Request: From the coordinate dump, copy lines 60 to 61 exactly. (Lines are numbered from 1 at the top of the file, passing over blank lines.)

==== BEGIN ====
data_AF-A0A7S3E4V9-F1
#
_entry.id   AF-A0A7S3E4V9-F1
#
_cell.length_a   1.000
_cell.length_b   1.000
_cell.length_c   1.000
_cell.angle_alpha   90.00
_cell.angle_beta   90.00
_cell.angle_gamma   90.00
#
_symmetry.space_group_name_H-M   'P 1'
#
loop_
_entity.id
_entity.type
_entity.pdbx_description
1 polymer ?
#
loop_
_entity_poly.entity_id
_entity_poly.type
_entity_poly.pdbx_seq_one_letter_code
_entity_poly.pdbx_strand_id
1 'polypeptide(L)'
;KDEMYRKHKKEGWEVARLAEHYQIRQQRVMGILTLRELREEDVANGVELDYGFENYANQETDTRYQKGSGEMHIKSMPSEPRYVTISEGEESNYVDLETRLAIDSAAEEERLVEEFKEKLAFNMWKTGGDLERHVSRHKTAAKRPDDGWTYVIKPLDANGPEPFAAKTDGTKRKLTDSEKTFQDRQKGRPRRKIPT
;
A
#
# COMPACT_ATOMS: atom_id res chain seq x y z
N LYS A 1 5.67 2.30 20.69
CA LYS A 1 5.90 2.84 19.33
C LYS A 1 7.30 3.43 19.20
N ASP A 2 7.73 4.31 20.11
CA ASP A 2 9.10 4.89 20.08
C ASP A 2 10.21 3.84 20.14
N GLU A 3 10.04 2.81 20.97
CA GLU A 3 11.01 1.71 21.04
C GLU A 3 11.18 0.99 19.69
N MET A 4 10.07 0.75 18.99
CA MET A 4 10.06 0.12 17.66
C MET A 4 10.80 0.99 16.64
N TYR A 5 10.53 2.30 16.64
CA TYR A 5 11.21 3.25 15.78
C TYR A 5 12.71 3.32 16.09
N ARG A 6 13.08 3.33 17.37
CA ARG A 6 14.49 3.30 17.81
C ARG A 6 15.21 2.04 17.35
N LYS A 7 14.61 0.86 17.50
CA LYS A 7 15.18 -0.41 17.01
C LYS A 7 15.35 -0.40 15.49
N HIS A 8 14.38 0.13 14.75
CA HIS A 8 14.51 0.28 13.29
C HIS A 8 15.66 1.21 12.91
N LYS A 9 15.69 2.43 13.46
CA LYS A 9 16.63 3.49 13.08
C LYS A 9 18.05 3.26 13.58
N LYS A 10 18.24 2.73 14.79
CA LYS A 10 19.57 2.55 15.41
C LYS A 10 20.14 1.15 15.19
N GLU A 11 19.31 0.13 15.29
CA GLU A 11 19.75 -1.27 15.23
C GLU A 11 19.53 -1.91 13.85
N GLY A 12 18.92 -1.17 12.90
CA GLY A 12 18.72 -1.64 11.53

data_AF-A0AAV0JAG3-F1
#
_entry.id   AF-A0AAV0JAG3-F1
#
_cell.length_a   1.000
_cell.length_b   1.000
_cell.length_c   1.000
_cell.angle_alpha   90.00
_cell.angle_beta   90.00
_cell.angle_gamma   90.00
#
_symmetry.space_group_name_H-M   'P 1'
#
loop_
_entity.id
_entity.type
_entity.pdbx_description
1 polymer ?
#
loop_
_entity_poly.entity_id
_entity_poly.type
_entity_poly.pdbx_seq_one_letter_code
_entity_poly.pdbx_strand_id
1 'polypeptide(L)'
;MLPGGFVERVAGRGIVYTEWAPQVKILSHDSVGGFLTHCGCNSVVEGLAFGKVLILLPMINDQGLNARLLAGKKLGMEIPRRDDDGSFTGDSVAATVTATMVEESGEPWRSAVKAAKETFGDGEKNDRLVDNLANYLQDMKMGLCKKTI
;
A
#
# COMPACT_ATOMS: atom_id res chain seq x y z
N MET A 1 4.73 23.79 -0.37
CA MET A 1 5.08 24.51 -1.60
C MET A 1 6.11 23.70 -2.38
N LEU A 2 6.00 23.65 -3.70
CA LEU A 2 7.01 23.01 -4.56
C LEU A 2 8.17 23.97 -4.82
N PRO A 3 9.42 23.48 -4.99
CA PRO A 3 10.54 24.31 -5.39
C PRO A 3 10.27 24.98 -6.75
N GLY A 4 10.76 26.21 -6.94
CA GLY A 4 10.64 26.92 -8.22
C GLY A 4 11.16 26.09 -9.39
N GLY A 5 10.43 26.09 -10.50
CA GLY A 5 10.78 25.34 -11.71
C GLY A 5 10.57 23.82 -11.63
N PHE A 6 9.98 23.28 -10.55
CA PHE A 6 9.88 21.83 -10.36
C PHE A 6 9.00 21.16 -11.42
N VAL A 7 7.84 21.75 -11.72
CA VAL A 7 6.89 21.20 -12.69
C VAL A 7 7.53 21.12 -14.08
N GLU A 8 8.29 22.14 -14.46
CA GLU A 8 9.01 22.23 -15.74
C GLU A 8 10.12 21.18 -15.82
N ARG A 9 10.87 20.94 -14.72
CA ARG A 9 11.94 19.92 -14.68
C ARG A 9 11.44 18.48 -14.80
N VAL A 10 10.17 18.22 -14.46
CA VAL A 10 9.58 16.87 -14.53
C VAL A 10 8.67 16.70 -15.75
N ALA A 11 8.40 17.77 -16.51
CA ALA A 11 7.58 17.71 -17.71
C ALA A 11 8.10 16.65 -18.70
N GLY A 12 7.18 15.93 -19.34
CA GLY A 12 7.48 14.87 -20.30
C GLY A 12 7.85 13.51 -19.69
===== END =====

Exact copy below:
C LYS A 10 20.14 1.15 15.19
N GLU A 11 19.31 0.13 15.29